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Future Fit Advice

Business case study: How technology can help grow your business

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6 months ago

Discover how one adviser automated his practice to better serve clients and build a thriving business

Increased automation not only helps to create successful advice businesses, it can also transform the availability of advice to potential small and single-issue clients.

This might sound like wishful thinking but Mat Tenison, who has worked in the advice industry for 20 years, believes it’s not only possible but also not far away.

“Advisers definitely need to embrace new technologies as much as possible, as it’s going to create big changes in our industry,” says Tenison who founded TiK Financial Group.

“This is particularly the case given the growing investment by big technology players as they up their game. Financial services is an area that’s lagging when it comes to the introduction of automation for many routine processes. But that’s changing now and it’s well overdue.”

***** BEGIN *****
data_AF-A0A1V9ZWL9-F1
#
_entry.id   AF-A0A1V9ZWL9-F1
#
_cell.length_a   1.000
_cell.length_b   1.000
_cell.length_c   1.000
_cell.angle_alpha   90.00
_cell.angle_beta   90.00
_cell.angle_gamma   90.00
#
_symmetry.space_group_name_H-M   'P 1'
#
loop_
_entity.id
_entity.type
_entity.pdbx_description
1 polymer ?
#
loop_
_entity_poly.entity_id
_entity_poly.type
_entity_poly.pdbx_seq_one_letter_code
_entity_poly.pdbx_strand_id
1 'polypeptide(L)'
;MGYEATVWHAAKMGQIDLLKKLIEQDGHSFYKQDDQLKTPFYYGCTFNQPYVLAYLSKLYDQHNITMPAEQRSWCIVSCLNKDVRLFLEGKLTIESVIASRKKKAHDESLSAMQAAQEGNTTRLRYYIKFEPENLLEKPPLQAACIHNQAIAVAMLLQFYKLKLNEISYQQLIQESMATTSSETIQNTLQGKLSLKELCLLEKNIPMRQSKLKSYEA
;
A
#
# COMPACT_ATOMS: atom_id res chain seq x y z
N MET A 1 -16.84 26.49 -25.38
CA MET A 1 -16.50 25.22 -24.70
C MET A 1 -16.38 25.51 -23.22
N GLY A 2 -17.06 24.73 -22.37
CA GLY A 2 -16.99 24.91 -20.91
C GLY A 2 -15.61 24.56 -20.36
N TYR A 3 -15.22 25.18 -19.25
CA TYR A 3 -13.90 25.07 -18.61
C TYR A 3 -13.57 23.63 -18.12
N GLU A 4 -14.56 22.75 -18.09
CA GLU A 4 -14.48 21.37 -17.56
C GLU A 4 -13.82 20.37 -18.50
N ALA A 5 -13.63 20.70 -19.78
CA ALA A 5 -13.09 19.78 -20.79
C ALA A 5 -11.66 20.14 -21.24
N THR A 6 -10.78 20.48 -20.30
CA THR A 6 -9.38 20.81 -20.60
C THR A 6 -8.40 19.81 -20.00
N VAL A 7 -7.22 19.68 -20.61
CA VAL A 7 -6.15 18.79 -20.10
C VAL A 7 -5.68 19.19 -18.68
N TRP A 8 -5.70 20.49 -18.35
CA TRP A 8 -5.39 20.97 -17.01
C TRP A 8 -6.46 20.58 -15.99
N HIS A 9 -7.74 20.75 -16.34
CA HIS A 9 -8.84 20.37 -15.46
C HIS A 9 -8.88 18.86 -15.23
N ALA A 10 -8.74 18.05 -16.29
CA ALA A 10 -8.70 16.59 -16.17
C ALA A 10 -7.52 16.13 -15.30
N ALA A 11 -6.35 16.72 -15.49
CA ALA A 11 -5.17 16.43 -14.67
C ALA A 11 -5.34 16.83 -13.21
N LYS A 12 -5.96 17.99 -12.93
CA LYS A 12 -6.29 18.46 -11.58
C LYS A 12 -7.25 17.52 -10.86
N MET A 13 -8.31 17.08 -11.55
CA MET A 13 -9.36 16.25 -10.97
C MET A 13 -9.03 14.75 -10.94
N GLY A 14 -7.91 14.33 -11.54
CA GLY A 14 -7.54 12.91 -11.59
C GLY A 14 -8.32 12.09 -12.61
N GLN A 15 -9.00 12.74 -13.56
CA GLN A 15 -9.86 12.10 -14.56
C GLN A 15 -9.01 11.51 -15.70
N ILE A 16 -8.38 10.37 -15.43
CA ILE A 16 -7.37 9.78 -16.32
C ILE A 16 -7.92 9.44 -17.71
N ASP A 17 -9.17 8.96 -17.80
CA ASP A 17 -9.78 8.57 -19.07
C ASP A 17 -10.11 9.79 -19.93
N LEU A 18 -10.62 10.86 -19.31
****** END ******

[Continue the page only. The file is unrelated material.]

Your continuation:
Building the business

It’s a philosophy Tenison has taken to heart in building his thriving advice business based in Sydney’s northern beaches.

He has made significant investments in digital tools designed to improve the efficiency of routine processes and client service delivery.

“The changes in our processes over the past few years have been huge. It hasn’t been easy introducing more automation and new digital tools, but it’s a key part of creating the kind of business I wanted to run,” says Tenison.

Streamlining and future-proofing his administration and client-servicing processes means the practice now uses a variety of different tools in its technology stack, including Xplan, AstuteWheel, DocuSign and Zoom.

The collection of web applications and digital tools is fully integrated to meet the changing needs of the business.

“We are continually looking at new options and ways to make things easier for our clients and to ensure we have the business running efficiently,” Tenison says.